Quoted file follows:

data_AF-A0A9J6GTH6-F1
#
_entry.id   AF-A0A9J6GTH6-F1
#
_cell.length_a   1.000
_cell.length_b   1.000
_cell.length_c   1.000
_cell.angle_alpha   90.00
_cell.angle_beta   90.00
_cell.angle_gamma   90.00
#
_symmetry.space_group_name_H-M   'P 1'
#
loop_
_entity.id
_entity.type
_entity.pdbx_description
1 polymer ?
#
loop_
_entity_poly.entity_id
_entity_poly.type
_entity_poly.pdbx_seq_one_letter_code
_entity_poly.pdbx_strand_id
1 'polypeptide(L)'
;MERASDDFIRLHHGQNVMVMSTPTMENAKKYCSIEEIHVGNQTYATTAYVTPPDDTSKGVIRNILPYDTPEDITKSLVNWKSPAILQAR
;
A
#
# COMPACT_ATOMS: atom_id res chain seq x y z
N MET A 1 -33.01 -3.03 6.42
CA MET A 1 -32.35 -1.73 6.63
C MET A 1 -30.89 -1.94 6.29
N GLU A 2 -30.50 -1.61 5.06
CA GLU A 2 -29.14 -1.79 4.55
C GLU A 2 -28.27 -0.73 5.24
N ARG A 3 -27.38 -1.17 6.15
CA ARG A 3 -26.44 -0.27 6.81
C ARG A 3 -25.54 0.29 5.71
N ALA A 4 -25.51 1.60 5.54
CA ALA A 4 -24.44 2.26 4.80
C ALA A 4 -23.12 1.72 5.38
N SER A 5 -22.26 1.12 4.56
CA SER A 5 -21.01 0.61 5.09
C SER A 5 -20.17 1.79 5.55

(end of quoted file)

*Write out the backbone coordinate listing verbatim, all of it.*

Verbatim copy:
data_AF-A0A9J6GTH6-F1
#
_entry.id   AF-A0A9J6GTH6-F1
#
_cell.length_a   1.000
_cell.length_b   1.000
_cell.length_c   1.000
_cell.angle_alpha   90.00
_cell.angle_beta   90.00
_cell.angle_gamma   90.00
#
_symmetry.space_group_name_H-M   'P 1'
#
loop_
_entity.id
_entity.type
_entity.pdbx_description
1 polymer ?
#
loop_
_entity_poly.entity_id
_entity_poly.type
_entity_poly.pdbx_seq_one_letter_code
_entity_poly.pdbx_strand_id
1 'polypeptide(L)'
;MERASDDFIRLHHGQNVMVMSTPTMENAKKYCSIEEIHVGNQTYATTAYVTPPDDTSKGVIRNILPYDTPEDITKSLVNWKSPAILQAR
;
A
#
# COMPACT_ATOMS: atom_id res chain seq x y z
N MET A 1 -33.01 -3.03 6.42
CA MET A 1 -32.35 -1.73 6.63
C MET A 1 -30.89 -1.94 6.29
N GLU A 2 -30.50 -1.61 5.06
CA GLU A 2 -29.14 -1.79 4.55
C GLU A 2 -28.27 -0.73 5.24
N ARG A 3 -27.38 -1.17 6.15
CA ARG A 3 -26.44 -0.27 6.81
C ARG A 3 -25.54 0.29 5.71
N ALA A 4 -25.51 1.60 5.54
CA ALA A 4 -24.44 2.26 4.80
C ALA A 4 -23.12 1.72 5.38
N SER A 5 -22.26 1.12 4.56
CA SER A 5 -21.01 0.61 5.09
C SER A 5 -20.17 1.79 5.55